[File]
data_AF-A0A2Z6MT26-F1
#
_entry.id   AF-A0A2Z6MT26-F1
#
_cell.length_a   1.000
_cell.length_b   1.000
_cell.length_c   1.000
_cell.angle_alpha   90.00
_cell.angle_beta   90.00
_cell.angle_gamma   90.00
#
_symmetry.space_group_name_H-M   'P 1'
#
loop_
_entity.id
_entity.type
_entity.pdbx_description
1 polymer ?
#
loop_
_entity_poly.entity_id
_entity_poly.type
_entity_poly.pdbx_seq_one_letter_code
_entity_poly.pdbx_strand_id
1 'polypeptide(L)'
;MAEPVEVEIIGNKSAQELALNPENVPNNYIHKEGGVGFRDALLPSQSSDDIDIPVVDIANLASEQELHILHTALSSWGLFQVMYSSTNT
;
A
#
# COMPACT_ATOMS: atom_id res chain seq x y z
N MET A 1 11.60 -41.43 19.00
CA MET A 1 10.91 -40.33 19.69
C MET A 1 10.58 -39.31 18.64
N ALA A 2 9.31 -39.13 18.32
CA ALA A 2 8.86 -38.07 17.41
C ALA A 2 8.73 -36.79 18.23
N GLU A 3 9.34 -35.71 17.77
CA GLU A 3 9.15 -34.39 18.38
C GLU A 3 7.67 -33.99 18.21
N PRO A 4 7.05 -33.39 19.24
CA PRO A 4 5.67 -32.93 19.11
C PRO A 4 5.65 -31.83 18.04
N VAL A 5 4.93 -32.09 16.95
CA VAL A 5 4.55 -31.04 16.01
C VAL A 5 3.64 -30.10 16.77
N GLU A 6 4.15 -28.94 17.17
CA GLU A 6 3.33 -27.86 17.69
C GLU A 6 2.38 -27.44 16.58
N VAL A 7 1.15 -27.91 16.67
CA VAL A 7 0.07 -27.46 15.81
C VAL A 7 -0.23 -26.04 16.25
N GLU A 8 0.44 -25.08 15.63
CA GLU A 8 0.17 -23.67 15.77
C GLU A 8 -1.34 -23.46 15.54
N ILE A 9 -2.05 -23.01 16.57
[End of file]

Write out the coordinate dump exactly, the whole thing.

data_AF-A0A2Z6MT26-F1
#
_entry.id   AF-A0A2Z6MT26-F1
#
_cell.length_a   1.000
_cell.length_b   1.000
_cell.length_c   1.000
_cell.angle_alpha   90.00
_cell.angle_beta   90.00
_cell.angle_gamma   90.00
#
_symmetry.space_group_name_H-M   'P 1'
#
loop_
_entity.id
_entity.type
_entity.pdbx_description
1 polymer ?
#
loop_
_entity_poly.entity_id
_entity_poly.type
_entity_poly.pdbx_seq_one_letter_code
_entity_poly.pdbx_strand_id
1 'polypeptide(L)'
;MAEPVEVEIIGNKSAQELALNPENVPNNYIHKEGGVGFRDALLPSQSSDDIDIPVVDIANLASEQELHILHTALSSWGLFQVMYSSTNT
;
A
#
# COMPACT_ATOMS: atom_id res chain seq x y z
N MET A 1 11.60 -41.43 19.00
CA MET A 1 10.91 -40.33 19.69
C MET A 1 10.58 -39.31 18.64
N ALA A 2 9.31 -39.13 18.32
CA ALA A 2 8.86 -38.07 17.41
C ALA A 2 8.73 -36.79 18.23
N GLU A 3 9.34 -35.71 17.77
CA GLU A 3 9.15 -34.39 18.38
C GLU A 3 7.67 -33.99 18.21
N PRO A 4 7.05 -33.39 19.24
CA PRO A 4 5.67 -32.93 19.11
C PRO A 4 5.65 -31.83 18.04
N VAL A 5 4.93 -32.09 16.95
CA VAL A 5 4.55 -31.04 16.01
C VAL A 5 3.64 -30.10 16.77
N GLU A 6 4.15 -28.94 17.17
CA GLU A 6 3.33 -27.86 17.69
C GLU A 6 2.38 -27.44 16.58
N VAL A 7 1.15 -27.91 16.67
CA VAL A 7 0.07 -27.46 15.81
C VAL A 7 -0.23 -26.04 16.25
N GLU A 8 0.44 -25.08 15.63
CA GLU A 8 0.17 -23.67 15.77
C GLU A 8 -1.34 -23.46 15.54
N ILE A 9 -2.05 -23.01 16.57